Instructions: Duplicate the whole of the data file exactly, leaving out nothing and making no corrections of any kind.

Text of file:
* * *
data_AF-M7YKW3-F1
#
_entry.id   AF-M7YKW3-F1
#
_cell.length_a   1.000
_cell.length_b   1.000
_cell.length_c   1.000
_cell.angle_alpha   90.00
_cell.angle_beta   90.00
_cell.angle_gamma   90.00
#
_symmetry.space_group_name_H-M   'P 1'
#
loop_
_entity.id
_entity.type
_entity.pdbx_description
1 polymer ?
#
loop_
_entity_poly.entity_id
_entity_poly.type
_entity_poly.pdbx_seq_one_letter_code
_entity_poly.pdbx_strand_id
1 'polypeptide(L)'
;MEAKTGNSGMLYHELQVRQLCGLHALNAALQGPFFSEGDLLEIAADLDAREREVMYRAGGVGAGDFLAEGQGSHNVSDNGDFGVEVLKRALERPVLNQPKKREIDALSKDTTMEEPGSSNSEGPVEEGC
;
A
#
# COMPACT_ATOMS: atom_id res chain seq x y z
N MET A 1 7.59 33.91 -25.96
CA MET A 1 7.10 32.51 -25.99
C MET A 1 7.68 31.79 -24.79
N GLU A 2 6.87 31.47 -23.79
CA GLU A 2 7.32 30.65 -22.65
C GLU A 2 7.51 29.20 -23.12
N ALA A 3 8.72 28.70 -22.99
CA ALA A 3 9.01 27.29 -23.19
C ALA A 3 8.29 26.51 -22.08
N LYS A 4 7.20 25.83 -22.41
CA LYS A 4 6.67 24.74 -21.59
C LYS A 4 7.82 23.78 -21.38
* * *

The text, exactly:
data_AF-M7YKW3-F1
#
_entry.id   AF-M7YKW3-F1
#
_cell.length_a   1.000
_cell.length_b   1.000
_cell.length_c   1.000
_cell.angle_alpha   90.00
_cell.angle_beta   90.00
_cell.angle_gamma   90.00
#
_symmetry.space_group_name_H-M   'P 1'
#
loop_
_entity.id
_entity.type
_entity.pdbx_description
1 polymer ?
#
loop_
_entity_poly.entity_id
_entity_poly.type
_entity_poly.pdbx_seq_one_letter_code
_entity_poly.pdbx_strand_id
1 'polypeptide(L)'
;MEAKTGNSGMLYHELQVRQLCGLHALNAALQGPFFSEGDLLEIAADLDAREREVMYRAGGVGAGDFLAEGQGSHNVSDNGDFGVEVLKRALERPVLNQPKKREIDALSKDTTMEEPGSSNSEGPVEEGC
;
A
#
# COMPACT_ATOMS: atom_id res chain seq x y z
N MET A 1 7.59 33.91 -25.96
CA MET A 1 7.10 32.51 -25.99
C MET A 1 7.68 31.79 -24.79
N GLU A 2 6.87 31.47 -23.79
CA GLU A 2 7.32 30.65 -22.65
C GLU A 2 7.51 29.20 -23.12
N ALA A 3 8.72 28.70 -22.99
CA ALA A 3 9.01 27.29 -23.19
C ALA A 3 8.29 26.51 -22.08
N LYS A 4 7.20 25.83 -22.41
CA LYS A 4 6.67 24.74 -21.59
C LYS A 4 7.82 23.78 -21.38